Generally, the invention provides in one form thereof a transportation support structure comprising a plurality of prefabricated tubular sections that are secured to one another to form a tubular guideway. A self-propelled air-cushion vehicle is disposed in the guideway and includes a plurality of air foils, air intake openings and air discharge openings about the vehicle. As the vehicle travels through the tubular guideway, the air passing over the air foils and exiting the discharge openings provides a regulated circumferential cushion of pressurized air about the vehicle, thereby preventing the vehicle from making contact with any surface of the tubular guideway. The air-cushion vehicle requires no rails or other guidance features because it is pneumatically centered within the guideway. Unlike conventional air-cushion vehicles, which only create an air cushion at the bottom of the vehicle, the air-cushion vehicle of the present invention includes an aerodynamic, circumferential design, along with air discharge openings completely around the vehicle which create a regulated circumferential air cushion that automatically centers the vehicle in the guideway.
An advantage of the transportation system of the present invention is that the air-cushion vehicle travels in a completely enclosed environment, thereby eliminating weather elements and foreign objects as impediments to travel.
Another advantage of the transportation system of the present invention is that the system can be installed into virtually any travel terrain and alleviates the need for expensive earth excavations and fills.
Another advantage of the transportation system of the present invention is that the tubular guideway structure is easily assembled and disassembled with minimal effect to the environment.
Yet another advantage of the transportation system of the present invention is that the vehicles in the tubular guideway can travel at high speeds compared to other forms of transportation without hazards such as weather, derailment, collision, and crashes due to mechanical and human error.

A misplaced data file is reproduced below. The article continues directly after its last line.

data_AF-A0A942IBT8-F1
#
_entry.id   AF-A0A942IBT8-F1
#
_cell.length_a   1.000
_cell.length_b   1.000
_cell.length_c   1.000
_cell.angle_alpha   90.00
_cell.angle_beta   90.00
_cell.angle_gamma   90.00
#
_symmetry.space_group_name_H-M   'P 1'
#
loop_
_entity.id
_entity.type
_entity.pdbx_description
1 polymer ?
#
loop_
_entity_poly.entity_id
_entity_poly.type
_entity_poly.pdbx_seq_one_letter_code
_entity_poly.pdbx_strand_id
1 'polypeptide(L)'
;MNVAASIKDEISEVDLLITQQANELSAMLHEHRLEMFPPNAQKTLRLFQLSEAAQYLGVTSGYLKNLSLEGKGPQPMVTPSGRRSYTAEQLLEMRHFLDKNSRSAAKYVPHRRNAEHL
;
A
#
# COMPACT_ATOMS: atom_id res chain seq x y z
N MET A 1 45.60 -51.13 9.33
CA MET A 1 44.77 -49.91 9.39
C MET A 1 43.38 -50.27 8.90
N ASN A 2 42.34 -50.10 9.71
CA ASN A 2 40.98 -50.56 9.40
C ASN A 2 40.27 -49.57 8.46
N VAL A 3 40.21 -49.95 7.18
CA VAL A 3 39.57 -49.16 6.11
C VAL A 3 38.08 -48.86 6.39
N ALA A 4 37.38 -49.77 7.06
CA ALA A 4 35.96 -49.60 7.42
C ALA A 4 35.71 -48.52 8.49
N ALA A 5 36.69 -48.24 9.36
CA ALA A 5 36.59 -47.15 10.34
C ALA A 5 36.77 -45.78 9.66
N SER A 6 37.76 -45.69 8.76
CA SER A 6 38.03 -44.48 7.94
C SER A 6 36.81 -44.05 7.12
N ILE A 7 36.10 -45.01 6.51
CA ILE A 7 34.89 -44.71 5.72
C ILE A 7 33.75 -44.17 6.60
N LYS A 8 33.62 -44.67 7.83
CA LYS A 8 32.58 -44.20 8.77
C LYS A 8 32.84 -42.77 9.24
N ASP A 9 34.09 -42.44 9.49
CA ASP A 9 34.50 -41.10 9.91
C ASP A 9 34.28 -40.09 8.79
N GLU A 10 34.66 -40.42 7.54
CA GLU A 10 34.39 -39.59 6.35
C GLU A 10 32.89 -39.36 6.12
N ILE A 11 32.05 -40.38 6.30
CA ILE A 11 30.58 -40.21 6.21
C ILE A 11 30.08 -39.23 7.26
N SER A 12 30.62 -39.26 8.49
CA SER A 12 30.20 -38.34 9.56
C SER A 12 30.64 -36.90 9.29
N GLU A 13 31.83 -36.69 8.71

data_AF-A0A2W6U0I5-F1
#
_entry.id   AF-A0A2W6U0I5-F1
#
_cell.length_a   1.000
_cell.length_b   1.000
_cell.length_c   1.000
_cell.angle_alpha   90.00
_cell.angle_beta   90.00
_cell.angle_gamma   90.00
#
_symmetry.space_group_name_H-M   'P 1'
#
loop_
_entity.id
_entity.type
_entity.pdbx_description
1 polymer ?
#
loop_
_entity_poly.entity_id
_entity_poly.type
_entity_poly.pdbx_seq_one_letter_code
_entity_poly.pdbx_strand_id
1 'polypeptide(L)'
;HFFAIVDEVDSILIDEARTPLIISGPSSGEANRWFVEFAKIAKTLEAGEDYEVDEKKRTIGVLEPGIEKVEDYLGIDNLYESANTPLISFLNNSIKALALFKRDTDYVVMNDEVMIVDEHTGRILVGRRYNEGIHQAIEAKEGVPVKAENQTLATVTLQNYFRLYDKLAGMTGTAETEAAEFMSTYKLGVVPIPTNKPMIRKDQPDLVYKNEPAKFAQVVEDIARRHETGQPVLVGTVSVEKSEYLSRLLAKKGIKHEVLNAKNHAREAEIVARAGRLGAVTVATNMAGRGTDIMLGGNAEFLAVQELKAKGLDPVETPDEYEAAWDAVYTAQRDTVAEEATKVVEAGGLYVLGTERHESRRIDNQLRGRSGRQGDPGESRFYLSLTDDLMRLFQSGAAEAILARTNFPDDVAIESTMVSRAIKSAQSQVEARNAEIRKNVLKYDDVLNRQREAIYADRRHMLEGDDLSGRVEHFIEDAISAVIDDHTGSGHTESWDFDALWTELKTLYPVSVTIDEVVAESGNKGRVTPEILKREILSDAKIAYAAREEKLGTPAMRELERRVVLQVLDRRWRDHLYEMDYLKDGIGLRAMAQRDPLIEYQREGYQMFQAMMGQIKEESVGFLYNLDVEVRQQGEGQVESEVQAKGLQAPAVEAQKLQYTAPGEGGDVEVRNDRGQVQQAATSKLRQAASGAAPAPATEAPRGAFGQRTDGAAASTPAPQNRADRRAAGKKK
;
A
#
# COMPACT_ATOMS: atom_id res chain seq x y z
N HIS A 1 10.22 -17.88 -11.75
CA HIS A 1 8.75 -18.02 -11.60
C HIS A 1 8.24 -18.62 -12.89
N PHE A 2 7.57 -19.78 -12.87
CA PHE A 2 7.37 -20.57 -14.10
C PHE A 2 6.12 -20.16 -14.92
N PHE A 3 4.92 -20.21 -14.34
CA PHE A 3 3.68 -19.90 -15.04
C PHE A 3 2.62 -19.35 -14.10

Still another advantage of the transportation system of the present invention is that the air-cushion guideway system offers an ecologically sound alternative to current land transportation vehicles, such as automobiles, buses, trucks, trains and airplanes which produce a large amount of undesirable emissions.
Yet another advantage of the transportation system of the present invention is that the prefabricated construction of the tubular guideway permits sections to be easily assembled and disassembled with minimum time constraints, enables flexibility and can be adapted to the rapidly changing technology of the transportation industry.
Yet another advantage of the transportation system of the present invention is that a circumferential cushion of pressurized air is formed about the vehicle preventing the vehicle from engaging and causing wear and tear on the tubular guideway, thereby permitting the guideway to be economically well maintained.
Still another advantage of the transportation system of the present invention is that safety hatches are located throughout the tubular guideway to permit both passenger and cargo to be easily accessed in the event of an emergency.